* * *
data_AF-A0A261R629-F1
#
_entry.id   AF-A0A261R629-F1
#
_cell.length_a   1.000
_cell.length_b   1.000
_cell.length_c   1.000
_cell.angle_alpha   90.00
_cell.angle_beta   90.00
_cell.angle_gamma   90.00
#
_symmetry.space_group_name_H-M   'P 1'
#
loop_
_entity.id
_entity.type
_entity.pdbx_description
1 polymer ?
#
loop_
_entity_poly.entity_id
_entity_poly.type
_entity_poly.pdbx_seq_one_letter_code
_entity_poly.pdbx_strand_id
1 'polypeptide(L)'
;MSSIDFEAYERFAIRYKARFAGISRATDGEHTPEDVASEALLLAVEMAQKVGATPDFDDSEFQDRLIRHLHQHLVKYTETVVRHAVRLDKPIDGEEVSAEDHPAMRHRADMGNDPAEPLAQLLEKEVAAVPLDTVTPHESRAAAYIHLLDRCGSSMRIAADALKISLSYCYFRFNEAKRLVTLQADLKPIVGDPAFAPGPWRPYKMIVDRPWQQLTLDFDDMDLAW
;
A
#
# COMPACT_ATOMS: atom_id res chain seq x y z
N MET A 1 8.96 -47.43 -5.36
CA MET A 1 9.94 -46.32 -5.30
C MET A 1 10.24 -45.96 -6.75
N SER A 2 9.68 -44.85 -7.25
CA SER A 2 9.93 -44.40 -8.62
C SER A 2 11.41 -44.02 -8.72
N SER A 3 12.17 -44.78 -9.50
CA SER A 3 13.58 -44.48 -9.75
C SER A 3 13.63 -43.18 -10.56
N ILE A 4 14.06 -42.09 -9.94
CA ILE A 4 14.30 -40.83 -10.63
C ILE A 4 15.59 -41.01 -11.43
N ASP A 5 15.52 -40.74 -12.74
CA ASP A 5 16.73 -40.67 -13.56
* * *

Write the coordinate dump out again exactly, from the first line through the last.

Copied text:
data_AF-A0A261R629-F1
#
_entry.id   AF-A0A261R629-F1
#
_cell.length_a   1.000
_cell.length_b   1.000
_cell.length_c   1.000
_cell.angle_alpha   90.00
_cell.angle_beta   90.00
_cell.angle_gamma   90.00
#
_symmetry.space_group_name_H-M   'P 1'
#
loop_
_entity.id
_entity.type
_entity.pdbx_description
1 polymer ?
#
loop_
_entity_poly.entity_id
_entity_poly.type
_entity_poly.pdbx_seq_one_letter_code
_entity_poly.pdbx_strand_id
1 'polypeptide(L)'
;MSSIDFEAYERFAIRYKARFAGISRATDGEHTPEDVASEALLLAVEMAQKVGATPDFDDSEFQDRLIRHLHQHLVKYTETVVRHAVRLDKPIDGEEVSAEDHPAMRHRADMGNDPAEPLAQLLEKEVAAVPLDTVTPHESRAAAYIHLLDRCGSSMRIAADALKISLSYCYFRFNEAKRLVTLQADLKPIVGDPAFAPGPWRPYKMIVDRPWQQLTLDFDDMDLAW
;
A
#
# COMPACT_ATOMS: atom_id res chain seq x y z
N MET A 1 8.96 -47.43 -5.36
CA MET A 1 9.94 -46.32 -5.30
C MET A 1 10.24 -45.96 -6.75
N SER A 2 9.68 -44.85 -7.25
CA SER A 2 9.93 -44.40 -8.62
C SER A 2 11.41 -44.02 -8.72
N SER A 3 12.17 -44.78 -9.50
CA SER A 3 13.58 -44.48 -9.75
C SER A 3 13.63 -43.18 -10.56
N ILE A 4 14.06 -42.09 -9.94
CA ILE A 4 14.30 -40.83 -10.63
C ILE A 4 15.59 -41.01 -11.43
N ASP A 5 15.52 -40.74 -12.74
CA ASP A 5 16.73 -40.67 -13.56